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Study suggests smoking may cause the body to turn against its own helpful bacteria

Article / Review by on February 15, 2012 – 8:29 pmNo Comments

Study suggests smoking may cause the body to turn against its own helpful bacteria

Study suggests smoking may cause the body to turn against its own helpful bacteria

Add this to your list of reasons to kick your cigarette habit: Recent research shows smoking may cause the body to turn against helpful bacteria leaving people who smoke more vulnerable to disease.

In the small study (subscription required), Ohio State University researchers took samples of oral biofilm from health non-smokers and healthy smokers one, two, four and seven days after receiving a professional cleaning. By analyzing DNA signatures found in dental plaque, researchers determined which bacteria were present and then monitored whether participant’s bodies were treating the microbes as a threat. According to a university release:

The team found that for nonsmokers, bacterial communities regain a similar balance of species to the communities that were scraped away during cleaning. Disease-associated bacteria are largely absent, and low levels of cytokines show that the body is not treating the helpful biofilms as a threat.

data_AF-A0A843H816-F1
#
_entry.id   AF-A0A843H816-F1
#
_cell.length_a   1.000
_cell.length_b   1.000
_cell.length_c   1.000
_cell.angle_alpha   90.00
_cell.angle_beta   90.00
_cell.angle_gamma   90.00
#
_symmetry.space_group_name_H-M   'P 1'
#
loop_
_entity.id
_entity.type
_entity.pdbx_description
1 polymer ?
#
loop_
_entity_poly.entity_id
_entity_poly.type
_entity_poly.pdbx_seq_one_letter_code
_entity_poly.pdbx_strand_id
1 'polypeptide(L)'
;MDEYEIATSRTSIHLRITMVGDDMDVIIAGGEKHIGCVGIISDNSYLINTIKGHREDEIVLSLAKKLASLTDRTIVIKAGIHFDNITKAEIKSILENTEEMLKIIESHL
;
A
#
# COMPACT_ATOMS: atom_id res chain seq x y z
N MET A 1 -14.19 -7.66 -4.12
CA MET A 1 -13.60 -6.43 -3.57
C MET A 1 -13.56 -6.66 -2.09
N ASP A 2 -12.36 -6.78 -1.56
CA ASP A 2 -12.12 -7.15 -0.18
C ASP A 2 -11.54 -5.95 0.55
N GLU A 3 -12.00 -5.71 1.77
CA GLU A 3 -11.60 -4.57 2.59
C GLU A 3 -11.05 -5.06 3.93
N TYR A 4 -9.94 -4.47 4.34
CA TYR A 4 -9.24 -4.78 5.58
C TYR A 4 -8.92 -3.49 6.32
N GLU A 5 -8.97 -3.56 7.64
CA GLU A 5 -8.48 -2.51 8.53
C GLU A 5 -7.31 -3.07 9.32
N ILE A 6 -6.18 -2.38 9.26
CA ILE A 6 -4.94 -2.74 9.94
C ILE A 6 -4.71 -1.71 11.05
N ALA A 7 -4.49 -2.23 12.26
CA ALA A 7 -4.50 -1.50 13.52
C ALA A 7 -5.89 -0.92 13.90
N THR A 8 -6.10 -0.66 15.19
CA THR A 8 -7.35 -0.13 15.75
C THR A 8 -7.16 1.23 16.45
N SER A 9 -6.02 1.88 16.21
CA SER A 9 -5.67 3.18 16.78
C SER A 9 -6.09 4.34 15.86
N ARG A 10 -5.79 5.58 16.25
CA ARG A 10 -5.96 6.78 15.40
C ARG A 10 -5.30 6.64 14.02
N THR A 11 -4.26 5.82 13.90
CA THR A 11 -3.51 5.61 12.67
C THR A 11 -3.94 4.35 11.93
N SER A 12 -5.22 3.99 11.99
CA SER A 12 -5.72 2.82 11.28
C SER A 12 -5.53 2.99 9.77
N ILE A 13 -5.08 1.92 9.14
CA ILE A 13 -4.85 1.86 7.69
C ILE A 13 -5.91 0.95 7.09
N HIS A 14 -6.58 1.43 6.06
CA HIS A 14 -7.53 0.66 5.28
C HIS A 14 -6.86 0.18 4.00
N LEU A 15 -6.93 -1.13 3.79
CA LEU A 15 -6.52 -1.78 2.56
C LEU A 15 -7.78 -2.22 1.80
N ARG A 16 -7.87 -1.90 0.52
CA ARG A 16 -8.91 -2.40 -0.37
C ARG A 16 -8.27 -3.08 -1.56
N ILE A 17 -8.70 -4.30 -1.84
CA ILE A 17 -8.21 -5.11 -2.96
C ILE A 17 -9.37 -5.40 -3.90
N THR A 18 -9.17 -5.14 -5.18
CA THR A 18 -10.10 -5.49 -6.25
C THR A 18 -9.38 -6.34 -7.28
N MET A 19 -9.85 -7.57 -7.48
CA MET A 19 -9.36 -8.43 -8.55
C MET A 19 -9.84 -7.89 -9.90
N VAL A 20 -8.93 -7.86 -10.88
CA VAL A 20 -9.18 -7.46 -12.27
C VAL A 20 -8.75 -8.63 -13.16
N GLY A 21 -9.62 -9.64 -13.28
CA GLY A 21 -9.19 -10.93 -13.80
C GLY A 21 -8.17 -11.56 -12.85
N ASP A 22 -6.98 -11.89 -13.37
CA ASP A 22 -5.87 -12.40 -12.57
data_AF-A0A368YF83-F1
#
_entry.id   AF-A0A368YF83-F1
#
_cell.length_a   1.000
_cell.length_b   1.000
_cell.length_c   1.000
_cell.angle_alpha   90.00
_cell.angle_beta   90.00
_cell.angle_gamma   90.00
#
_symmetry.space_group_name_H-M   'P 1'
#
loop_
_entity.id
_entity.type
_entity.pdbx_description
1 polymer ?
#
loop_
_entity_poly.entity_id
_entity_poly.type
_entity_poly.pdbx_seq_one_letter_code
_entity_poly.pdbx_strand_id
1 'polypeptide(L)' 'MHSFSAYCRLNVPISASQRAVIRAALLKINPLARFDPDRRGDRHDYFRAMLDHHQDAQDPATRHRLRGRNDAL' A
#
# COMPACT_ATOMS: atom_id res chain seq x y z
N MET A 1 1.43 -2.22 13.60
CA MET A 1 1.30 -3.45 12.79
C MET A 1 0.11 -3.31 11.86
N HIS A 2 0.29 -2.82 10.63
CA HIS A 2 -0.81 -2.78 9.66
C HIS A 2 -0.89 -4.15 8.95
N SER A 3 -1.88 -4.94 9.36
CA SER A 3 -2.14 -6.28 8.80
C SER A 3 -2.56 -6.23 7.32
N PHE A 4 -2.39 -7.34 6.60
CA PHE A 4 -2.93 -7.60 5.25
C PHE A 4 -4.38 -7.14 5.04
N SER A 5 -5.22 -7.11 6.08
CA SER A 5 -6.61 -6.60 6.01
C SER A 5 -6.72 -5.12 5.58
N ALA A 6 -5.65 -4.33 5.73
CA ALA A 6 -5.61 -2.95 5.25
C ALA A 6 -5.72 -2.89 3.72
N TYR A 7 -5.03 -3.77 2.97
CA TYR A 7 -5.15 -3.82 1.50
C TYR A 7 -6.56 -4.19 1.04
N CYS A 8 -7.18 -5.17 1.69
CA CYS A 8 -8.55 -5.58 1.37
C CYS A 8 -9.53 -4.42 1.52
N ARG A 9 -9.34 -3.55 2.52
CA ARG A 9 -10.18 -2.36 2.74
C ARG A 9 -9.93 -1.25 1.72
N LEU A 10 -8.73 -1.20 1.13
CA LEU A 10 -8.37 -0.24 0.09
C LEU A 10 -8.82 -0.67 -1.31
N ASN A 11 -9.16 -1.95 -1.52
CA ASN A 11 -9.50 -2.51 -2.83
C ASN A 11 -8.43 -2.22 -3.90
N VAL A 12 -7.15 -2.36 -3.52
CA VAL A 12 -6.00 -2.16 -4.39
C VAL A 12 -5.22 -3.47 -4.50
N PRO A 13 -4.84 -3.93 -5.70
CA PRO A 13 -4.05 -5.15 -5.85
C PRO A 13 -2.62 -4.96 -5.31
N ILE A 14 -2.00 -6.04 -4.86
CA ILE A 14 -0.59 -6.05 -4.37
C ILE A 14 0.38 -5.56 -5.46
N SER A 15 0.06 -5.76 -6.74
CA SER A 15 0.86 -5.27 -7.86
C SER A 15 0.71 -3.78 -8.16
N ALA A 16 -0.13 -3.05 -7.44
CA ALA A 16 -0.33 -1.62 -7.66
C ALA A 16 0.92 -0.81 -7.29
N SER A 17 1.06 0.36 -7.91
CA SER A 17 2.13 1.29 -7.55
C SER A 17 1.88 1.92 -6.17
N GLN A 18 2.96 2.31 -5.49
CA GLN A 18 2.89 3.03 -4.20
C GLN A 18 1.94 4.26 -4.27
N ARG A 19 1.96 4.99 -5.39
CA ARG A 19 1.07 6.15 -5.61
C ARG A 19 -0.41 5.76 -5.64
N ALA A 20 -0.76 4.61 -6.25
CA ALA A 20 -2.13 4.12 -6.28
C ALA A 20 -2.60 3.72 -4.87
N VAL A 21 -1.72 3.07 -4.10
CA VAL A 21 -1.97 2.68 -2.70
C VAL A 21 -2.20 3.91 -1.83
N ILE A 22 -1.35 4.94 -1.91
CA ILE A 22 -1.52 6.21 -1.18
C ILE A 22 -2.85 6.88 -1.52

“By contrast,” said [Ohio State researcher Purnima Kumar, PhD,] “smokers start getting colonized by pathogens – bacteria that we know are harmful – within 24 hours. It takes longer for smokers to form a stable microbial community, and when they do, it’s a pathogen-rich community.”

Smokers also have higher levels of cytokines, indicating that the body is mounting defenses against infection. Clinically, this immune response takes the form of red, swollen gums – called gingivitis – that can lead to the irreversible bone loss of periodontitis.

In smokers, however, the body is not just trying to fight off harmful bacteria. The types of cytokines in smokers’ gum swabs showed the researchers that smokers’ bodies were treating even healthy bacteria as threatening.

Researchers say the findings could shape dental care practices for patients who smoke and motivate dentists to play a more active role in helping patients get the necessary support to kick their nicotine habit.


By Lia Steakley
Stanford University Medical Center

Photo by LawPrieR


* Stanford University Medical Center integrates research, medical education and patient care at its three institutions – Stanford University School of Medicine, Stanford Hospital & Clinics and Lucile Packard Children’s Hospital.

**  The above story is adapted from materials provided by Stanford University School of Medicine


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